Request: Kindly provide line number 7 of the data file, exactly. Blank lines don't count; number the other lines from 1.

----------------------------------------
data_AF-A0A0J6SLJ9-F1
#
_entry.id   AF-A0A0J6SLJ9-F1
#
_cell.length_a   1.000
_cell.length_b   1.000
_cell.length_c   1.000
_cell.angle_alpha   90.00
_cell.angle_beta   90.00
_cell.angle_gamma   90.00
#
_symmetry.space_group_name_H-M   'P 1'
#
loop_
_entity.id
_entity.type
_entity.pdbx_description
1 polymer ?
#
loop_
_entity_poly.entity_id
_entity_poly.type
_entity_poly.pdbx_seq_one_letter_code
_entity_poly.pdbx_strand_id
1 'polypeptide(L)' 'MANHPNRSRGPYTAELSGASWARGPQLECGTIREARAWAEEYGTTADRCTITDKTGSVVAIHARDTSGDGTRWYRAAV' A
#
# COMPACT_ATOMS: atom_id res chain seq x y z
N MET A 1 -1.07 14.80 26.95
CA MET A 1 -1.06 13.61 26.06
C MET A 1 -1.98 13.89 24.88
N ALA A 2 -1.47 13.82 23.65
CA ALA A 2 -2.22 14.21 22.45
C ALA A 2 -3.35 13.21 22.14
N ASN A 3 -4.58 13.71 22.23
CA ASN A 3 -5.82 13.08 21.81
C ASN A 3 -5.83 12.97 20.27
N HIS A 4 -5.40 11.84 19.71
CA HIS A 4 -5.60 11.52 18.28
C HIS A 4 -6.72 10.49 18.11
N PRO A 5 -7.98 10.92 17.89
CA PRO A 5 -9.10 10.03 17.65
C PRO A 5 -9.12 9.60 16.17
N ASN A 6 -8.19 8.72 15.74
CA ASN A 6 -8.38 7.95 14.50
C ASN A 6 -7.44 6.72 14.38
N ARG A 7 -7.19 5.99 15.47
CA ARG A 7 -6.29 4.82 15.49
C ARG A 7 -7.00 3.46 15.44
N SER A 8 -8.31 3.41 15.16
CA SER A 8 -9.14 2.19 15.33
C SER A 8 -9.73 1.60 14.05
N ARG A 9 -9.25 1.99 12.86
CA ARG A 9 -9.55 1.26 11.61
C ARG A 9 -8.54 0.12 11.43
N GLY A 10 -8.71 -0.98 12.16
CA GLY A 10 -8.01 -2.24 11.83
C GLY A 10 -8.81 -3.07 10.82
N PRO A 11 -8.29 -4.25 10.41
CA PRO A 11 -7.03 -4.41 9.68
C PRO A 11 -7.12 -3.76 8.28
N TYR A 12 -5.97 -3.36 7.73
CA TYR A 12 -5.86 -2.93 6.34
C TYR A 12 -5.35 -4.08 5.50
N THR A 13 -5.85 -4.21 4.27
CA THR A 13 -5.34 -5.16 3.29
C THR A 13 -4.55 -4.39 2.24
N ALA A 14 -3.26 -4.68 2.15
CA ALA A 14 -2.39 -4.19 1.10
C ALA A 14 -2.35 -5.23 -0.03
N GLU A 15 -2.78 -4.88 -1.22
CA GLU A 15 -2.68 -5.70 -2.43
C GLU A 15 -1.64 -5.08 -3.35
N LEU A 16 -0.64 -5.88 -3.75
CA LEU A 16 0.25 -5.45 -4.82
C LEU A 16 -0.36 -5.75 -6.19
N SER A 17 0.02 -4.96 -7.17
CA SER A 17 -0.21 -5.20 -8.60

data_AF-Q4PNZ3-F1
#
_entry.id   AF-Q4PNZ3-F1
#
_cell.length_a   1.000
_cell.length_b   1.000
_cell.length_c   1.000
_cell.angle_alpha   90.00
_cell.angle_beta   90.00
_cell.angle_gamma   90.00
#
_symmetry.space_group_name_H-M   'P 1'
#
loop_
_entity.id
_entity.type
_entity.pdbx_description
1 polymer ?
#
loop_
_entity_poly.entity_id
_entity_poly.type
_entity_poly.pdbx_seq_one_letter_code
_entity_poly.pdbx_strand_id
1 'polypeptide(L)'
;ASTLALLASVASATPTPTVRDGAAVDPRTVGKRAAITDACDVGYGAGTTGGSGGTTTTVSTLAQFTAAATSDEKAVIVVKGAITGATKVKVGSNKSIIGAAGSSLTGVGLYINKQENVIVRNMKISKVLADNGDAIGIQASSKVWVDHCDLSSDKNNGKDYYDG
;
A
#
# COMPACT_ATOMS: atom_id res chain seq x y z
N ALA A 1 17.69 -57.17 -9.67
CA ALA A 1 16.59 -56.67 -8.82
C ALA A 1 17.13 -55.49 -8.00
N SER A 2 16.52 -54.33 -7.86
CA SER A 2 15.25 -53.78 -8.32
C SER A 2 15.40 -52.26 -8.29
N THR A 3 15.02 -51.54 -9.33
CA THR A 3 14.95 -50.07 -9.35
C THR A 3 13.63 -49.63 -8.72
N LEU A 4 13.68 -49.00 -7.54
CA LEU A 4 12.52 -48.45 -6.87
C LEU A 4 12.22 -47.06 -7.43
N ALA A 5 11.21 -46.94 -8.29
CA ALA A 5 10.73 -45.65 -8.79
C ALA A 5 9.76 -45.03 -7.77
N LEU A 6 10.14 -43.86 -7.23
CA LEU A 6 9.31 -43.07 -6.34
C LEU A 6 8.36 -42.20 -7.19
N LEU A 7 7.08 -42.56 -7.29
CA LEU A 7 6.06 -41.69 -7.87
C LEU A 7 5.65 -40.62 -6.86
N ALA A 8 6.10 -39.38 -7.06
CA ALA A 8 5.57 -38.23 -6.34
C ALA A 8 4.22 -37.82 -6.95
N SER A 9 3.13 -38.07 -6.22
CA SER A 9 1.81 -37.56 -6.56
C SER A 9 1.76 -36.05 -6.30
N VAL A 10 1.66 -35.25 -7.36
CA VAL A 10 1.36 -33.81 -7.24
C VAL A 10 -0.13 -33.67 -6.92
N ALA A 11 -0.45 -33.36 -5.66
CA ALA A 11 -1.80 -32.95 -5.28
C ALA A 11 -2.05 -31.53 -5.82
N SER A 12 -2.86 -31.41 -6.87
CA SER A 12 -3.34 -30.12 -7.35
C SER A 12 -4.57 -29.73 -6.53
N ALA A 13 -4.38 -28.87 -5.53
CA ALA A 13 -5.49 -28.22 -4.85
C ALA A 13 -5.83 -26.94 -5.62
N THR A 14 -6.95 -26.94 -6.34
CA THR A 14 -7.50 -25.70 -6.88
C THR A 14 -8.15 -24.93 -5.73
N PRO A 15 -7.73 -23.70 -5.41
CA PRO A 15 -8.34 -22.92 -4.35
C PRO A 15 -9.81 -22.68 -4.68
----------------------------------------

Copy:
_cell.length_c   1.000